Join Adam Wilbert for an in-depth discussion in this video What you should know before watching this course, part of Learning Relational Databases (2014).
To get the most out of this course, I simply expect that you have some data needs and are looking for ways to improve the storage, retrieval, and maintenance of that data. Maybe you're starting a business and will need to track inventory and payroll. Perhaps you've already got a series of spreadsheets or other data tables and you've been told that you should move your data into a database for efficiency's sake. Or perhaps you've taken an introductory course in a particular database management system, such as SQL Server or Microsoft Access. And while you understand the workings of that particular system, you're having troubles bridging the gap from how you get your information about real world events into a database structure.
This is actually a really common problem and the solution is to take a step back and look at the fundamentals of how you model your data. I've prepared this informational course to be as software independent as possible, so that it's applicable to a wide variety of relational database software. In fact, most of the things that we're going to be talking about require little more than a pad of paper and a pencil to work out. This is because the initial steps of creating a database are common across a wide variety of platforms. Eventually, we'll all go our separate ways into a specific software package, and actually build a database.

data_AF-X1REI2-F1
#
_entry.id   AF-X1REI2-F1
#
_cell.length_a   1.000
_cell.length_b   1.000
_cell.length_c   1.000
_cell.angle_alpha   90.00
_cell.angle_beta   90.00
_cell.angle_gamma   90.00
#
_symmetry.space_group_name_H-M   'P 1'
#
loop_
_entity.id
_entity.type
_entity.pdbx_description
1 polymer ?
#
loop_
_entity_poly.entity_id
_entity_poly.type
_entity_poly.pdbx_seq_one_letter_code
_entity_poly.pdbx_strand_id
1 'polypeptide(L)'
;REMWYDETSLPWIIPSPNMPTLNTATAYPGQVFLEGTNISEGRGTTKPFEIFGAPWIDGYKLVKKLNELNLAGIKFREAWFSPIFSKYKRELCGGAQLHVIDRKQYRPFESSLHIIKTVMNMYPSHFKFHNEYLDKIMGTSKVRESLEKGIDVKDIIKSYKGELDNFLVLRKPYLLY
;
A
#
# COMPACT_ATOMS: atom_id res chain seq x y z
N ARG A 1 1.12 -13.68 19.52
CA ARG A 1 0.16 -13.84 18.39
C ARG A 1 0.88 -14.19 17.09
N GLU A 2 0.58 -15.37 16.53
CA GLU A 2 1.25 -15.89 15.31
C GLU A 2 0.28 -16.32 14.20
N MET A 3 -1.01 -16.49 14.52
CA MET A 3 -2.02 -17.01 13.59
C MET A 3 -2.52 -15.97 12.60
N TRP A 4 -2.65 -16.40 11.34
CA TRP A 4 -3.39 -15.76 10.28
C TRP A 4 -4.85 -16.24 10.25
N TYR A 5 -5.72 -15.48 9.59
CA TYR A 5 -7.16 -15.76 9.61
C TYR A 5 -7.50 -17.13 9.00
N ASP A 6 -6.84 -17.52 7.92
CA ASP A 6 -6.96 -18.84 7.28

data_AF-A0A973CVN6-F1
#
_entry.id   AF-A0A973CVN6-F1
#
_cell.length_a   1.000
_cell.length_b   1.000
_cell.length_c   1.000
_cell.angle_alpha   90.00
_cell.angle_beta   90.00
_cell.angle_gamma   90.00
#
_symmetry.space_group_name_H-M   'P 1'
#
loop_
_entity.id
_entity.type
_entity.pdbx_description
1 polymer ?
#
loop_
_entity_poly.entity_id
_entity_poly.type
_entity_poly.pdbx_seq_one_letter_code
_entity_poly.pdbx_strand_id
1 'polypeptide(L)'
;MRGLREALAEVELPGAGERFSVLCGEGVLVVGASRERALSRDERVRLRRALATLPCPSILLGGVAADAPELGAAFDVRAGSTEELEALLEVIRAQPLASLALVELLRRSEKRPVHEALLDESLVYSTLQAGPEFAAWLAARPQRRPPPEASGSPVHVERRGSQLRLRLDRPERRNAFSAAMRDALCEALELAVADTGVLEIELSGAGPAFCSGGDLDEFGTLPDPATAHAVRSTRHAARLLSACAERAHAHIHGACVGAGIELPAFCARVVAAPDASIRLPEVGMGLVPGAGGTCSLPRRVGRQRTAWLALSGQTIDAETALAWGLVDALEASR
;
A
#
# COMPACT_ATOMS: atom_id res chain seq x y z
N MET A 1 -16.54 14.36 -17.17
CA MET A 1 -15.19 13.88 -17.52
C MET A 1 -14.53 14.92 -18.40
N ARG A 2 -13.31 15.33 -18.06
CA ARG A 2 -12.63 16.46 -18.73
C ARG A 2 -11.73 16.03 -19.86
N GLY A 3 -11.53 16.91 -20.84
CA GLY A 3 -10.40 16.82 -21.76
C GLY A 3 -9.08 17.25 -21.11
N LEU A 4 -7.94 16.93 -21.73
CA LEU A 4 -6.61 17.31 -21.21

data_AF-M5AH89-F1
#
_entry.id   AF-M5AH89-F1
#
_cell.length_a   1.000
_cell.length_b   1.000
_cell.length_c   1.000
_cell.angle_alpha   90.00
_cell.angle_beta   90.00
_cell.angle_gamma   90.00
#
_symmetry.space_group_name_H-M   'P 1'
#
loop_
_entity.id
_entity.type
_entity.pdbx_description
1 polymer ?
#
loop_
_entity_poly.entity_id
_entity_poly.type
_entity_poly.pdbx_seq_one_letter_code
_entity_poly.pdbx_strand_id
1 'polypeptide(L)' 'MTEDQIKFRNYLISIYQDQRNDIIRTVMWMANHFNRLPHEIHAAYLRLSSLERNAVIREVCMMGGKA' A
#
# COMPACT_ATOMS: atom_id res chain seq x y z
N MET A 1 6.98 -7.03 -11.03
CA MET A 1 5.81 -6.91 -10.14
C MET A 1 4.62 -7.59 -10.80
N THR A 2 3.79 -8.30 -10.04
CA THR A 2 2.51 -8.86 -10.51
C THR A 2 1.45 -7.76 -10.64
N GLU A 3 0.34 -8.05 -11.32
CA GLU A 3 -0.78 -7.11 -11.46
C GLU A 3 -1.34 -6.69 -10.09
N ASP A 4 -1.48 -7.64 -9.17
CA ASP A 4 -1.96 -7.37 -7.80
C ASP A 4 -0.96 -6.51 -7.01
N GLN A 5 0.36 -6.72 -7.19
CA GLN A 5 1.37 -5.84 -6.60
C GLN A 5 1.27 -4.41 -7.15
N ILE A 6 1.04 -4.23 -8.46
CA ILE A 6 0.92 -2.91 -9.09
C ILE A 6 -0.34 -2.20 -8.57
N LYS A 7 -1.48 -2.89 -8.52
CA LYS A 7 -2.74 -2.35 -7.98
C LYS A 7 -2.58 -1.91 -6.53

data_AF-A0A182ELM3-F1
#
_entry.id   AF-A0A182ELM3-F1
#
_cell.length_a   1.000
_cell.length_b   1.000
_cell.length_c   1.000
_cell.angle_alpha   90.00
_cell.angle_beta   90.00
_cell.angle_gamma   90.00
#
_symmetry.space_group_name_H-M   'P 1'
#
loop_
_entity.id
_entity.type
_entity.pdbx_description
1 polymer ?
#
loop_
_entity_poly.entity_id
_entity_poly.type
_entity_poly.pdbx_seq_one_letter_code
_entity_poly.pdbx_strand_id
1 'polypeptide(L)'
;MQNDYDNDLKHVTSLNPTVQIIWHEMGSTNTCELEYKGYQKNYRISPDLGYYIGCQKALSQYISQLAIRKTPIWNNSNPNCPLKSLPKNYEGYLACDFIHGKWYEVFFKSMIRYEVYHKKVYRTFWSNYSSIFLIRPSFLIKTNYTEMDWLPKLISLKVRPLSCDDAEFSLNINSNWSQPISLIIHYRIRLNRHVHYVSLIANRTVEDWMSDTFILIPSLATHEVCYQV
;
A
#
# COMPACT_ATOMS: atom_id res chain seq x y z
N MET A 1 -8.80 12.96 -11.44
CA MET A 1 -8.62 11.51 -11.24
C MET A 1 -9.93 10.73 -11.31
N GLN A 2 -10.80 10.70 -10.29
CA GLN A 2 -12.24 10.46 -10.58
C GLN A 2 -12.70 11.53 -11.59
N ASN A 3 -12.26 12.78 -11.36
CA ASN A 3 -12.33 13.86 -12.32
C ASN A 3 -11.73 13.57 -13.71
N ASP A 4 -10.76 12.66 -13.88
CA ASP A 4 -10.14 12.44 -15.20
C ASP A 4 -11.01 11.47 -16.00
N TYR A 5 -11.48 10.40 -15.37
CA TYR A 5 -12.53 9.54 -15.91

Some will choose packages like SQL Server or MySQL or Oracle or Access or PostgreSQL. And for that we'll need specific training on the package of choice. But for now, just grab a pencil and be prepared to think about your data from a variety of angles.
- What is a database management system (DBMS)?
- Moving through the database development cycle
- Preventing duplicate, inconsistent, and conflicting data entries
- Gathering requirements
- Developing relationships
- Identifying key fields
- Following a naming convention
- Developing the actual database
Skill Level Beginner
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1. Relational Database Basics
2. Preventing Data Anomalies
3. Gathering Requirements
4. Developing the Conceptual Data Model
5. Normalizing Your Data
6. Logical Design Considerations
7. Developing the Physical Database
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